Often overlooked, the skin serves as much more than a simple protective covering. Weighing in at approximately nine pounds, it is the body’s largest organ and performs multiple functions that contribute to overall health.

At a basic level, the skin acts as a defensive barrier, shielding internal organs from harmful external agents such as viruses and bacteria. However, the outermost layer of skin contains Langerhans cells that actively combat infections, acting as the front-line defenders of the immune system.

In addition to its protective properties, the skin is also a sensory organ. Nerve endings located near the surface of the skin pick up and transmit information about the surrounding environment to the brain. This enables the brain to interpret sensations such as heat, cold, touch, pressure, and pain. For example, if you touch a hot surface, warning signals cause an instant reaction, preventing further damage. Similarly, if the environment is too hot or too cold, the skin signals the need for a fan or a sweater. The skin also contributes to temperature control by dilating blood vessels and sweating when hot and constricting blood vessels to preserve heat when cold.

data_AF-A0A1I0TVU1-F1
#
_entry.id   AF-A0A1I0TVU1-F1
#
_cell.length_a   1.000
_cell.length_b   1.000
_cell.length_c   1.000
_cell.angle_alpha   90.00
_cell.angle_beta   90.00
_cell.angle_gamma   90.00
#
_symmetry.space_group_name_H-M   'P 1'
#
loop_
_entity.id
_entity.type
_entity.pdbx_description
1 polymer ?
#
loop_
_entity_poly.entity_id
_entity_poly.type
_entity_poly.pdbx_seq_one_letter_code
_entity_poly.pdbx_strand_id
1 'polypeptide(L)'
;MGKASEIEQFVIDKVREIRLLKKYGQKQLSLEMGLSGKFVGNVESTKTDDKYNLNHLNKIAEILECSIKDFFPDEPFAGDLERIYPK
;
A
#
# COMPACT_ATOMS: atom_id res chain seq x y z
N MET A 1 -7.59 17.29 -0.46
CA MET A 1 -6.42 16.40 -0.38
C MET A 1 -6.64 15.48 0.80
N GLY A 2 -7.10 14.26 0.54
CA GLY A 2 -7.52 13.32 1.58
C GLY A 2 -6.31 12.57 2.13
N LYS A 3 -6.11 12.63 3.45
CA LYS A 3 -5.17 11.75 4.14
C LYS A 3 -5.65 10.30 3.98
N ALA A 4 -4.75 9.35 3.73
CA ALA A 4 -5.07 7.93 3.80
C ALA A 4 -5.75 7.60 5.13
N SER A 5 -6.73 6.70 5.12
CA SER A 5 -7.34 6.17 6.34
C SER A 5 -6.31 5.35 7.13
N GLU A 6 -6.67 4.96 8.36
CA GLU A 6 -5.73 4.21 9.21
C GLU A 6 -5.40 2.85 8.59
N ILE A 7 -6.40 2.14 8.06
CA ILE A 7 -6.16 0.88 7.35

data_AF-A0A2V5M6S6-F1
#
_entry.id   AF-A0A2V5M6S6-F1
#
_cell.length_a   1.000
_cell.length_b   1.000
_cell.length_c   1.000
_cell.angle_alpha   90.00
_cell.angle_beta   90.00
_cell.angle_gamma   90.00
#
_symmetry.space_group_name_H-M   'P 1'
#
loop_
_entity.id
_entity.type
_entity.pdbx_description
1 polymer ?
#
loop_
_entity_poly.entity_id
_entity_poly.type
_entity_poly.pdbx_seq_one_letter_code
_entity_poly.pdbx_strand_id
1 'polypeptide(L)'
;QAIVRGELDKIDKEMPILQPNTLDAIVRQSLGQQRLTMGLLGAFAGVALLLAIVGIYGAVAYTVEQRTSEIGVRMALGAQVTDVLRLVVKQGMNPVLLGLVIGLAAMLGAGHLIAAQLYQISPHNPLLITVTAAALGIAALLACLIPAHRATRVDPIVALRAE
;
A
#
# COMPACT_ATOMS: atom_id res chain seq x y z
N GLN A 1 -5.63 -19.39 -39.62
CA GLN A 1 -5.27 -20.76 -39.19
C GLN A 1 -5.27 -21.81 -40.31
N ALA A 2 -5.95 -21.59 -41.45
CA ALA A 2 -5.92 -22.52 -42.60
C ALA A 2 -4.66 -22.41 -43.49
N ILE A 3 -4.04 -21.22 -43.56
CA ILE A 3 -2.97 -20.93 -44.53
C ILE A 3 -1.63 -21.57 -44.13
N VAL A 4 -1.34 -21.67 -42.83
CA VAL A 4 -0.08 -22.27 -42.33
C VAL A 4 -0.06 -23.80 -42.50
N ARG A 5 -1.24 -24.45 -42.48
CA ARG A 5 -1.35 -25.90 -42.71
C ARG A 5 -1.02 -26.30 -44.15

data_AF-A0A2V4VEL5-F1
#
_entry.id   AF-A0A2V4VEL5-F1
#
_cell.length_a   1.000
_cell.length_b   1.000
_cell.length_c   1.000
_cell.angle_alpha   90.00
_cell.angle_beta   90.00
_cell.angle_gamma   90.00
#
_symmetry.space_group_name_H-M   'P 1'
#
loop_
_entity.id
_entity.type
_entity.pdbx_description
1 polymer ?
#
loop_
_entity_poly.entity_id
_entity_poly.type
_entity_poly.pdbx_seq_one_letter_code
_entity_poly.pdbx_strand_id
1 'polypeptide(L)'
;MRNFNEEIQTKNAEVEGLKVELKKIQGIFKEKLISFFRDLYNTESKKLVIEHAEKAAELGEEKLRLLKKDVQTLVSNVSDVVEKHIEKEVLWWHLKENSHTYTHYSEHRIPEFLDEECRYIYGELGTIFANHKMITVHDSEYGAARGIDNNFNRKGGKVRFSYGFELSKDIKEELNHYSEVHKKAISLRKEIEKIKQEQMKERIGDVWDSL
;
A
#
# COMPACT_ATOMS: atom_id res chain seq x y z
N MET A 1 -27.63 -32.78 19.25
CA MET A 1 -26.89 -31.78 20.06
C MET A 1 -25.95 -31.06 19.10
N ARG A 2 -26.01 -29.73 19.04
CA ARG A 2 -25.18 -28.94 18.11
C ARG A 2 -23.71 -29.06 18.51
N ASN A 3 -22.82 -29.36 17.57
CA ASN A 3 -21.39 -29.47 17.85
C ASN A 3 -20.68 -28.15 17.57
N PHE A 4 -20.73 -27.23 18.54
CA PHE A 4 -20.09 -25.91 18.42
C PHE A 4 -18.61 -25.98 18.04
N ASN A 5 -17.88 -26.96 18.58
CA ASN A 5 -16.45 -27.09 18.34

Lastly, the skin plays a crucial role in manufacturing vitamin D, which is essential for many bodily functions. Using the sun’s energy, the skin produces this vital nutrient.

Time takes its toll. As the years go by, our skin undergoes several biochemical changes. For one, epidermal cells don’t slough off as easily, and the supportive fibres of collagen and elastin in the dermis break down. The deterioration of collagen and elastin and the pull of gravity can result in some of the classic signs of skin ageing: fine lines around the eyes, deepened expression lines at the corners of the mouth and across the forehead, and sagging skin. The nails usually become more brittle, and hair may begin to thin and turn grey from decreased pigment production.